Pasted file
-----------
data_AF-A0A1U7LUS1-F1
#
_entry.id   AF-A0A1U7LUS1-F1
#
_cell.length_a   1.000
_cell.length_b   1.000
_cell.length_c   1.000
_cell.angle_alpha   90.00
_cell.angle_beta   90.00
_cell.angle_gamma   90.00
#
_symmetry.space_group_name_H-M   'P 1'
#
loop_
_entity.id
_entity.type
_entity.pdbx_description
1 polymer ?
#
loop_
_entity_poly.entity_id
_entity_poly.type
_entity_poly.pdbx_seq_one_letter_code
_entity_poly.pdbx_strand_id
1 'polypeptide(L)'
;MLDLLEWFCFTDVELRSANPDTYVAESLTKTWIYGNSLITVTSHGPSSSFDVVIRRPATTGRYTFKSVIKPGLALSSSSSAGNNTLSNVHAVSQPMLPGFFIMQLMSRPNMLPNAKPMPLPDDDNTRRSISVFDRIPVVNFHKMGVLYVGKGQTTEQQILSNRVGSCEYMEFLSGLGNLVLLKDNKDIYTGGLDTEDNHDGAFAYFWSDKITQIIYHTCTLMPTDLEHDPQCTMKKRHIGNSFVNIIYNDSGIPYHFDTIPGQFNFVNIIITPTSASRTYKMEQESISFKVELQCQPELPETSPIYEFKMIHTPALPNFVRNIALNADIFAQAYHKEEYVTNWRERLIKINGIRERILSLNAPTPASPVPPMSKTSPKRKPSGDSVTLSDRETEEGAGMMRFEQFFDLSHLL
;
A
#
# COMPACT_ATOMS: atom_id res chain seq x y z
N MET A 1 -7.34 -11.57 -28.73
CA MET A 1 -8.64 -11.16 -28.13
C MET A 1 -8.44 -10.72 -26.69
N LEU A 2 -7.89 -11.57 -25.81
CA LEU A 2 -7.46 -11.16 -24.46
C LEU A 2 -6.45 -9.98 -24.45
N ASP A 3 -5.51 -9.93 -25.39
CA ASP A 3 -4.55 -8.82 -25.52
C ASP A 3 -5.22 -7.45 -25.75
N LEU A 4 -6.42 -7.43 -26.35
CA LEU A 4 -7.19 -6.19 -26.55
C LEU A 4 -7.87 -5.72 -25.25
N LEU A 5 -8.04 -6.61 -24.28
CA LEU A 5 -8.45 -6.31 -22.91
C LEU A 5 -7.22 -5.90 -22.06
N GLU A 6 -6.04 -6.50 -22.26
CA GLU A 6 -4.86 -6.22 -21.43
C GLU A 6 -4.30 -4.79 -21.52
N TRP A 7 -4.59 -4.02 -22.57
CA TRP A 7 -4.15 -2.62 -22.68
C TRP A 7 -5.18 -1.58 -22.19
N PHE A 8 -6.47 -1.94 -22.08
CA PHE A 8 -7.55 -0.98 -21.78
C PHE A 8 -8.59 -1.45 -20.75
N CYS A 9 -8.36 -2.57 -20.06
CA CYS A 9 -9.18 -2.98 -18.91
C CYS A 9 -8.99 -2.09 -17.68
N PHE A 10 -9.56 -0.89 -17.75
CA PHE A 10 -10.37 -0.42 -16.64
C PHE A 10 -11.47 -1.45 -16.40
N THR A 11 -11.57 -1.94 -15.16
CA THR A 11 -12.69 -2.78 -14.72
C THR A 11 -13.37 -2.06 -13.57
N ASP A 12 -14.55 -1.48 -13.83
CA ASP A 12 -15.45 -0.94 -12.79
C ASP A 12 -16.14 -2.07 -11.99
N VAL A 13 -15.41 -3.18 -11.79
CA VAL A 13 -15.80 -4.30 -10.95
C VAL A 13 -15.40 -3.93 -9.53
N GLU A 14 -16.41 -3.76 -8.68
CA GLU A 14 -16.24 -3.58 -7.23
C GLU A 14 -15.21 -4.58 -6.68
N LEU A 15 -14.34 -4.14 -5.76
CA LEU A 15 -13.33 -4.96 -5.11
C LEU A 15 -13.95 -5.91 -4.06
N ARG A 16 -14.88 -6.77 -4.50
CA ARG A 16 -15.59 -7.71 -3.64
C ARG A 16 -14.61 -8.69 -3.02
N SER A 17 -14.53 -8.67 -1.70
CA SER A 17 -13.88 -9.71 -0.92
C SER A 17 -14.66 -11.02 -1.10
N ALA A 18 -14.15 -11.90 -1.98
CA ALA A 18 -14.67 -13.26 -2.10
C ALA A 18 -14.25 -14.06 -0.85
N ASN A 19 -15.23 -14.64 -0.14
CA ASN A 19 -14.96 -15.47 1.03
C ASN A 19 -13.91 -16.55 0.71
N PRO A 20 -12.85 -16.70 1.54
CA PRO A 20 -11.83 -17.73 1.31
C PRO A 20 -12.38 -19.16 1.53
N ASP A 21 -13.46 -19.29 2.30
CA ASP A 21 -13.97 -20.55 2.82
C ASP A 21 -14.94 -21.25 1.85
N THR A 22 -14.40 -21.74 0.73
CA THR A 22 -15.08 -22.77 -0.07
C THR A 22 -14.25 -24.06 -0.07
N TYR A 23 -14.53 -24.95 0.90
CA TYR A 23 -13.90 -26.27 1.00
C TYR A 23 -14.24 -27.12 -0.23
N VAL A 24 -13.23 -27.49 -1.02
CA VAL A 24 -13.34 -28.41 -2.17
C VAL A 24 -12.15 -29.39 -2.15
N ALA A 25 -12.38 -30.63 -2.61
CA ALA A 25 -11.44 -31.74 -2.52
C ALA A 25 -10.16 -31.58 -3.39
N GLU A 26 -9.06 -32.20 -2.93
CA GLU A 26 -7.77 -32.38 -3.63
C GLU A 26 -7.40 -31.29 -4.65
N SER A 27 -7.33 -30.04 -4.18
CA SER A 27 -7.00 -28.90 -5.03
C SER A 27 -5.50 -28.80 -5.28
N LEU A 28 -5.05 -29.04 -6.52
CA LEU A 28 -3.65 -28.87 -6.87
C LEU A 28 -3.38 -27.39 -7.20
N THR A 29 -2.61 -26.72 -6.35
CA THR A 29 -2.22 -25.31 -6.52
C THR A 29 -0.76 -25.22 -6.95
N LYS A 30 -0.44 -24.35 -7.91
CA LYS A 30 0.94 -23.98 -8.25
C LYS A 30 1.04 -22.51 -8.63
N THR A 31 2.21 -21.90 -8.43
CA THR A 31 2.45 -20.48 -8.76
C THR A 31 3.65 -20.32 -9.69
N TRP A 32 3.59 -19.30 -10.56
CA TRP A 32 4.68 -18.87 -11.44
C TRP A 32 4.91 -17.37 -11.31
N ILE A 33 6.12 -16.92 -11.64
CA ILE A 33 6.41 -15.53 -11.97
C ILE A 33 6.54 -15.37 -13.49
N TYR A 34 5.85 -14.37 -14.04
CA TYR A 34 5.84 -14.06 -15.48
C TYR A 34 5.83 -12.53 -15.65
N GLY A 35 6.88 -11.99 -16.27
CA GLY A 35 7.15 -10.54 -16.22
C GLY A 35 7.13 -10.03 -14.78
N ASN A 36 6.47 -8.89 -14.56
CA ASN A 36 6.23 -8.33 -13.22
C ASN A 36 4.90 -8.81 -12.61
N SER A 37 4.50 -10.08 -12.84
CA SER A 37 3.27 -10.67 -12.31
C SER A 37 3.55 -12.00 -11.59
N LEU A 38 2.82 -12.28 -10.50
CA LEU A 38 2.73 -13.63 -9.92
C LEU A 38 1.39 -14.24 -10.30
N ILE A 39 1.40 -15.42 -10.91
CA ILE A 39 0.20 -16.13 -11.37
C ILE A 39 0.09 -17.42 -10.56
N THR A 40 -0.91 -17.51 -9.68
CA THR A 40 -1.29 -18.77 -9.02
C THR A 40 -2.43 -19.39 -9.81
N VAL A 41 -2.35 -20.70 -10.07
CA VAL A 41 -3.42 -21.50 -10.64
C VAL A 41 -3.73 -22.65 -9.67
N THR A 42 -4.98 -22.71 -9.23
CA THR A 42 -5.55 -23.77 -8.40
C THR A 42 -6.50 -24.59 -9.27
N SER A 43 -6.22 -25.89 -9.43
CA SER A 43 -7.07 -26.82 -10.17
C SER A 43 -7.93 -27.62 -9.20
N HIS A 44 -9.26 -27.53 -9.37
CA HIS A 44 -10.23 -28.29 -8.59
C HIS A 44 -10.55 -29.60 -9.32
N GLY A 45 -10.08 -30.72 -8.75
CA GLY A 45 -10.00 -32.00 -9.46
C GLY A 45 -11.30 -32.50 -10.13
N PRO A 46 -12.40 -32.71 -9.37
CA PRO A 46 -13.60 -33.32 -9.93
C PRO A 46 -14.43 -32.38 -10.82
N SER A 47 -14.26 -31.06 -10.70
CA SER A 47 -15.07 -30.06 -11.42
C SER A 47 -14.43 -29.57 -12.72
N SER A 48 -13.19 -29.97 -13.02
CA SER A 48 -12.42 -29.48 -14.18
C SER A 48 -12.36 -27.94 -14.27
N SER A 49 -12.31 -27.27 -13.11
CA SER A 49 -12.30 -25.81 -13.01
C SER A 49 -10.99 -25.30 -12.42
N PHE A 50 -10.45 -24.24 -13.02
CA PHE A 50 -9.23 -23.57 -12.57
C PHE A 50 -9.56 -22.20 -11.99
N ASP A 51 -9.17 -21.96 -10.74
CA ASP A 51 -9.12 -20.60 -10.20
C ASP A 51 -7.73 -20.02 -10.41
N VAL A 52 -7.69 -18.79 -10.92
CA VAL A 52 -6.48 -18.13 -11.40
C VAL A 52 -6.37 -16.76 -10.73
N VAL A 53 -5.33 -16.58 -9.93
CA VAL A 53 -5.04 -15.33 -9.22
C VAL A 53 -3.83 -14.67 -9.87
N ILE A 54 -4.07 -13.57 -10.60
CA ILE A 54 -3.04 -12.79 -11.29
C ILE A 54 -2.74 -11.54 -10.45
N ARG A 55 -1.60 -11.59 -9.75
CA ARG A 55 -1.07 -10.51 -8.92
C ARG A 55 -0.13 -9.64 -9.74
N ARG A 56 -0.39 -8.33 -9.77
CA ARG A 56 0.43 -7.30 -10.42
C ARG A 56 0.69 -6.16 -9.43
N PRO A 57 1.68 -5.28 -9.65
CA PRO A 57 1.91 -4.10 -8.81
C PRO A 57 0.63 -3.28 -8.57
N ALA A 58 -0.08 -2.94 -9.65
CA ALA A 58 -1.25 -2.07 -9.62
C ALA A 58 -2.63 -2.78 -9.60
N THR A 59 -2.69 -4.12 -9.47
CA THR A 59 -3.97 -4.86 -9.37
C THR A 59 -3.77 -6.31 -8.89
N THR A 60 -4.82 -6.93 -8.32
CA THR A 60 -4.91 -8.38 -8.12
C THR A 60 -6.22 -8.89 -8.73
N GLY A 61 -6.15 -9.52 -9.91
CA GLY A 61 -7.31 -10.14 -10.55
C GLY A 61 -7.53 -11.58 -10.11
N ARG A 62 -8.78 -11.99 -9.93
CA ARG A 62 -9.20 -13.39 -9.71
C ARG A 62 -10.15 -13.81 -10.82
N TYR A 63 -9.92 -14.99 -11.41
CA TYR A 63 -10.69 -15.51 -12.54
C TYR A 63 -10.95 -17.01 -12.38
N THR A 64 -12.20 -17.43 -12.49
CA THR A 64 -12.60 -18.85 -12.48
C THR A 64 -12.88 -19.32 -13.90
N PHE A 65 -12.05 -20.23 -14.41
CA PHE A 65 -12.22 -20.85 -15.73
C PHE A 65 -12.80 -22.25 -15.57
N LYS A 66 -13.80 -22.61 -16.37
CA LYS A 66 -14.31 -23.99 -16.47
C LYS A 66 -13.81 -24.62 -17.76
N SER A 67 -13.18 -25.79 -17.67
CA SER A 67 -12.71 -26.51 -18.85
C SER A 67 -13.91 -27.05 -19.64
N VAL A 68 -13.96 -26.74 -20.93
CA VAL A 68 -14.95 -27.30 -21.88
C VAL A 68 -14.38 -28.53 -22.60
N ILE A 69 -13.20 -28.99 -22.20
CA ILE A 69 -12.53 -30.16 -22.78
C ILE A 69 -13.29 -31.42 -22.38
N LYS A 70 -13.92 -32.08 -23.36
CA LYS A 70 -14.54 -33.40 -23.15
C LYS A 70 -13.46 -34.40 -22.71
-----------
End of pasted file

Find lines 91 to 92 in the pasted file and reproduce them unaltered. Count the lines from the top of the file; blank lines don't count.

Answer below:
N ASP A 21 -13.46 -19.29 2.30
CA ASP A 21 -13.97 -20.55 2.82